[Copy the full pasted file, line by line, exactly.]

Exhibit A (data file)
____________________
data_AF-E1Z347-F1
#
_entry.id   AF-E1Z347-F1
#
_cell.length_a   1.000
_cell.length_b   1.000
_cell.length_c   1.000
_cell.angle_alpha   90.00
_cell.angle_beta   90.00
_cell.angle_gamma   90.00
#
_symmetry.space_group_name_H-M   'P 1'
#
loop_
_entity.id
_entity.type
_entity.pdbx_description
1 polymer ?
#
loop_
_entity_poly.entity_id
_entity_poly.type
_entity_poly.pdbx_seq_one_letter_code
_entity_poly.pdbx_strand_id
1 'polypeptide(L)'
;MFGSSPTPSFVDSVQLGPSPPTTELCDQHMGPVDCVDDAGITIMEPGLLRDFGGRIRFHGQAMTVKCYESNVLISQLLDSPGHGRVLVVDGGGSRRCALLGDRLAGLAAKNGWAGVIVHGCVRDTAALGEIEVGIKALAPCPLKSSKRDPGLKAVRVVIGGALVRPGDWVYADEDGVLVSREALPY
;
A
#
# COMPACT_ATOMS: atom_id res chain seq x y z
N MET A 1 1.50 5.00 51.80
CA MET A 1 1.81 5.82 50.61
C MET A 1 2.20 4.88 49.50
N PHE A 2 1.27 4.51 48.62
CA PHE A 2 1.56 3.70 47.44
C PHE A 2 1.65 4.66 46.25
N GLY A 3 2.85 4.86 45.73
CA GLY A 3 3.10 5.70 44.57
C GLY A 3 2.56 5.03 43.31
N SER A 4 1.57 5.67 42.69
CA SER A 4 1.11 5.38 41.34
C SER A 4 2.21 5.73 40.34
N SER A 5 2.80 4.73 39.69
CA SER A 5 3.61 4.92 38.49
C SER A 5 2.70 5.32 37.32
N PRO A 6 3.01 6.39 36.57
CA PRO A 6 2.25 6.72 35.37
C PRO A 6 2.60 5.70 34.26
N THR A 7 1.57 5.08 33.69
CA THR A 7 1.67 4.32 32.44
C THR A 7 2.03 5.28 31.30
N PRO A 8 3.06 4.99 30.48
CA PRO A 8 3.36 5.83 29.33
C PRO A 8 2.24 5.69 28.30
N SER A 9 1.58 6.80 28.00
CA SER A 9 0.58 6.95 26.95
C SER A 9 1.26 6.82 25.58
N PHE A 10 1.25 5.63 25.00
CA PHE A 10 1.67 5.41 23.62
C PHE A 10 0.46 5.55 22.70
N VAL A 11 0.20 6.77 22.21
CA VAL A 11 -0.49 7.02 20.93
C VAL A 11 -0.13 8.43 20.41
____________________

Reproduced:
data_AF-E1Z347-F1
#
_entry.id   AF-E1Z347-F1
#
_cell.length_a   1.000
_cell.length_b   1.000
_cell.length_c   1.000
_cell.angle_alpha   90.00
_cell.angle_beta   90.00
_cell.angle_gamma   90.00
#
_symmetry.space_group_name_H-M   'P 1'
#
loop_
_entity.id
_entity.type
_entity.pdbx_description
1 polymer ?
#
loop_
_entity_poly.entity_id
_entity_poly.type
_entity_poly.pdbx_seq_one_letter_code
_entity_poly.pdbx_strand_id
1 'polypeptide(L)'
;MFGSSPTPSFVDSVQLGPSPPTTELCDQHMGPVDCVDDAGITIMEPGLLRDFGGRIRFHGQAMTVKCYESNVLISQLLDSPGHGRVLVVDGGGSRRCALLGDRLAGLAAKNGWAGVIVHGCVRDTAALGEIEVGIKALAPCPLKSSKRDPGLKAVRVVIGGALVRPGDWVYADEDGVLVSREALPY
;
A
#
# COMPACT_ATOMS: atom_id res chain seq x y z
N MET A 1 1.50 5.00 51.80
CA MET A 1 1.81 5.82 50.61
C MET A 1 2.20 4.88 49.50
N PHE A 2 1.27 4.51 48.62
CA PHE A 2 1.56 3.70 47.44
C PHE A 2 1.65 4.66 46.25
N GLY A 3 2.85 4.86 45.73
CA GLY A 3 3.10 5.70 44.57
C GLY A 3 2.56 5.03 43.31
N SER A 4 1.57 5.67 42.69
CA SER A 4 1.11 5.38 41.34
C SER A 4 2.21 5.73 40.34
N SER A 5 2.80 4.73 39.69
CA SER A 5 3.61 4.92 38.49
C SER A 5 2.70 5.32 37.32
N PRO A 6 3.01 6.39 36.57
CA PRO A 6 2.25 6.72 35.37
C PRO A 6 2.60 5.70 34.26
N THR A 7 1.57 5.08 33.69
CA THR A 7 1.67 4.32 32.44
C THR A 7 2.03 5.28 31.30
N PRO A 8 3.06 4.99 30.48
CA PRO A 8 3.36 5.83 29.33
C PRO A 8 2.24 5.69 28.30
N SER A 9 1.58 6.80 28.00
CA SER A 9 0.58 6.95 26.95
C SER A 9 1.26 6.82 25.58
N PHE A 10 1.25 5.63 25.00
CA PHE A 10 1.67 5.41 23.62
C PHE A 10 0.46 5.55 22.70
N VAL A 11 0.20 6.77 22.21
CA VAL A 11 -0.49 7.02 20.93
C VAL A 11 -0.13 8.43 20.41